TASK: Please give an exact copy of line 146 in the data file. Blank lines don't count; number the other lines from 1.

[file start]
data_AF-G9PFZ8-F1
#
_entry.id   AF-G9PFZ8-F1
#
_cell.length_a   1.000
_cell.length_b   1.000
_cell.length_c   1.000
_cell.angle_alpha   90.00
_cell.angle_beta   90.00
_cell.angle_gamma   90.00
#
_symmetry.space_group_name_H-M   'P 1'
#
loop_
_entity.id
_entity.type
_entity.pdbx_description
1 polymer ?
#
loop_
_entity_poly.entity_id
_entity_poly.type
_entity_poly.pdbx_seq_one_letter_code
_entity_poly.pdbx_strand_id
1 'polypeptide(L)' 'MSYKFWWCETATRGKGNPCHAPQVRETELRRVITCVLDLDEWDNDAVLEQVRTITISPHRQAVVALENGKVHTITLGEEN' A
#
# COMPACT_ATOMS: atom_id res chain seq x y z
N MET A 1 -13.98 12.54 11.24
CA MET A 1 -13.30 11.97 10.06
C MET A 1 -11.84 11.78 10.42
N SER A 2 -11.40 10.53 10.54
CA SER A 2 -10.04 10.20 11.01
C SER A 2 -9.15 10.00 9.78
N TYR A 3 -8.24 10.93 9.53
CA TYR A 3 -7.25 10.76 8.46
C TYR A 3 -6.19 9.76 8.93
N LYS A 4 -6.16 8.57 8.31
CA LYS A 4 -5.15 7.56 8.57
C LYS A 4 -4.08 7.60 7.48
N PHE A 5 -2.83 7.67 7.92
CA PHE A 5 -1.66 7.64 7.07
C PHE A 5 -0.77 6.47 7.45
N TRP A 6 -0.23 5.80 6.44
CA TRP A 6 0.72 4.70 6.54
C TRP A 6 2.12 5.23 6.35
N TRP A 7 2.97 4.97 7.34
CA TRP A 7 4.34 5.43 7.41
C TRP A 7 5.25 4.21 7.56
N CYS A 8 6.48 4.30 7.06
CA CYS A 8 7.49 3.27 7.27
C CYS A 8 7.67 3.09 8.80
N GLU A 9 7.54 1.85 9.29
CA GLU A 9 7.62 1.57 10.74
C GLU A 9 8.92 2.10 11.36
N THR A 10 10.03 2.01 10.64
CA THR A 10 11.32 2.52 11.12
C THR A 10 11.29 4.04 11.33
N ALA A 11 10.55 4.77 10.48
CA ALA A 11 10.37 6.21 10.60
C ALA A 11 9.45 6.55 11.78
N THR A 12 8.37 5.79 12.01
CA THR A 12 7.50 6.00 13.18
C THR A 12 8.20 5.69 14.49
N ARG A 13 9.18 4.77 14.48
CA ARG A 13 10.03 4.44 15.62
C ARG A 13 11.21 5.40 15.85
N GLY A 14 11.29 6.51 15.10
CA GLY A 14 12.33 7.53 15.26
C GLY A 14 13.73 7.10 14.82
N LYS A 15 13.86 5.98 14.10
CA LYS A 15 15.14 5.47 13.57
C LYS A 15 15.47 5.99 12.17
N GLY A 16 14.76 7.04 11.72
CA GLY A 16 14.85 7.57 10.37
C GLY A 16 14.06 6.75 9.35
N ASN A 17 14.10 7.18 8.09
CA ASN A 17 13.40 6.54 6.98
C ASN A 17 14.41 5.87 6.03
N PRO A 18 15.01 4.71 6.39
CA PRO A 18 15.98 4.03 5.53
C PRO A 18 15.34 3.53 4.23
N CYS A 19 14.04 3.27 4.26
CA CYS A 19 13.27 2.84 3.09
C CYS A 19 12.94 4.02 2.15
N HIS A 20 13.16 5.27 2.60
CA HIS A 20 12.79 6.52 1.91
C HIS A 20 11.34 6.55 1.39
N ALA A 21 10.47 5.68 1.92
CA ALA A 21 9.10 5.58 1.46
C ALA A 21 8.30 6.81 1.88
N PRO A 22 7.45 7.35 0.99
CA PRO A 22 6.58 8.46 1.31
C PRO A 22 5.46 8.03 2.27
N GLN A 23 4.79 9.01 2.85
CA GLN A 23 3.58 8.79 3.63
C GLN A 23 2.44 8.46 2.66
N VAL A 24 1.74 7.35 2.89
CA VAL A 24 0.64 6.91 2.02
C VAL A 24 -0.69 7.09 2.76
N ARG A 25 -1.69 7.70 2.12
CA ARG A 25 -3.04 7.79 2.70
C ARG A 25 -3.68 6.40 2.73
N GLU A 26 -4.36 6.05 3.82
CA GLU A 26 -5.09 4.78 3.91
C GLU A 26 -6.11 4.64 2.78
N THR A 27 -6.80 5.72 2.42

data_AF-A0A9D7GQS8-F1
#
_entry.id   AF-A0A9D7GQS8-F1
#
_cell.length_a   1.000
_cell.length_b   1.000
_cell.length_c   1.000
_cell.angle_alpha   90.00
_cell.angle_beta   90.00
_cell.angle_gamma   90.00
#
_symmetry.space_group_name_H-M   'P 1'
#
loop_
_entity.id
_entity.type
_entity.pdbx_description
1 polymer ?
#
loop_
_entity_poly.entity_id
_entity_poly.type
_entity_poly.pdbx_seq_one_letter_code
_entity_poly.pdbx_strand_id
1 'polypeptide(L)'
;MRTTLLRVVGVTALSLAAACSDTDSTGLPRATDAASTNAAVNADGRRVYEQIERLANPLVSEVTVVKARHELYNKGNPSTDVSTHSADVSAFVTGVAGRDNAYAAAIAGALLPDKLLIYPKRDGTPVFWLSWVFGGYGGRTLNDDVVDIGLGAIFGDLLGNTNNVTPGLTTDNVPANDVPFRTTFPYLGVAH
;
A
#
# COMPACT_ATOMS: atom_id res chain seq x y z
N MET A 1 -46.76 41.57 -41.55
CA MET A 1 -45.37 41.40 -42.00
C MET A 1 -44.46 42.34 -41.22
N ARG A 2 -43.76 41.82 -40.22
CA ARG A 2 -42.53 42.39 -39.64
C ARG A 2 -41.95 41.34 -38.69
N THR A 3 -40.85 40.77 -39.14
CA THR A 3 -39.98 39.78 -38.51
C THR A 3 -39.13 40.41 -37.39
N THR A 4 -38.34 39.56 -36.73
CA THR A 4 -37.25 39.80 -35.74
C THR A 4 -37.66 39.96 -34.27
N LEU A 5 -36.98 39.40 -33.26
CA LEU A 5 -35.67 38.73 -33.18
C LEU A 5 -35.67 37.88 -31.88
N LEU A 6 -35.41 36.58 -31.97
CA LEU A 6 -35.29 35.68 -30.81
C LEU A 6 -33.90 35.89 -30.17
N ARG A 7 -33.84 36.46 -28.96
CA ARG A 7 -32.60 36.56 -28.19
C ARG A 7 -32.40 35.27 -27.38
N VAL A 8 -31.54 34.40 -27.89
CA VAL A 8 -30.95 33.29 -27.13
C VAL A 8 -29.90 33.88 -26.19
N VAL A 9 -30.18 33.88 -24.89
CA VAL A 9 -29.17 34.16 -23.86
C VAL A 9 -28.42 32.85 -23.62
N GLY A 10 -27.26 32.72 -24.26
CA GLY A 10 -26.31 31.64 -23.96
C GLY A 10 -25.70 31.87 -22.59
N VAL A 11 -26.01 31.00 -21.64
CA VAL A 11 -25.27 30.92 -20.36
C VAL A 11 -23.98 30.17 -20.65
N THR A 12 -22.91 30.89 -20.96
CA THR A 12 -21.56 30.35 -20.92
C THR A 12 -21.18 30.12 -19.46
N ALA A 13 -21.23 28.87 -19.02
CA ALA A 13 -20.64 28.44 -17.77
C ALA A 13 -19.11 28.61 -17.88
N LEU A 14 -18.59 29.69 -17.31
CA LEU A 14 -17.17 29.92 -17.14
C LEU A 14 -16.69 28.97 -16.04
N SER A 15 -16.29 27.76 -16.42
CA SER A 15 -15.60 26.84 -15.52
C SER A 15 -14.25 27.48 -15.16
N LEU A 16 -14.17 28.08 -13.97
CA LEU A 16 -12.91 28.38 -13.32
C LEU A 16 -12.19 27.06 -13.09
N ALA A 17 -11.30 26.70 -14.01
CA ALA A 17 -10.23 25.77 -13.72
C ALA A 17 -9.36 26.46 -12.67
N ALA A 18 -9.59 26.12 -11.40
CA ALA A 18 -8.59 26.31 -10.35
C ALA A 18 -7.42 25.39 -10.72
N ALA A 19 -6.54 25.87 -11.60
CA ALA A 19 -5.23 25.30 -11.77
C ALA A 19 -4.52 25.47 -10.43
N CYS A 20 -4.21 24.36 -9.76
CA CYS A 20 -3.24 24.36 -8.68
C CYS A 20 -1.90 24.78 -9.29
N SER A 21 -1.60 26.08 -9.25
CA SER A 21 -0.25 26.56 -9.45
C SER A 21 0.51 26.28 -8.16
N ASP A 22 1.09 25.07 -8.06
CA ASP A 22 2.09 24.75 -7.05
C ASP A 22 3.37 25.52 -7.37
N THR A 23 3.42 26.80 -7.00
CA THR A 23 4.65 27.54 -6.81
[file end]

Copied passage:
N THR A 4 -38.34 39.56 -36.73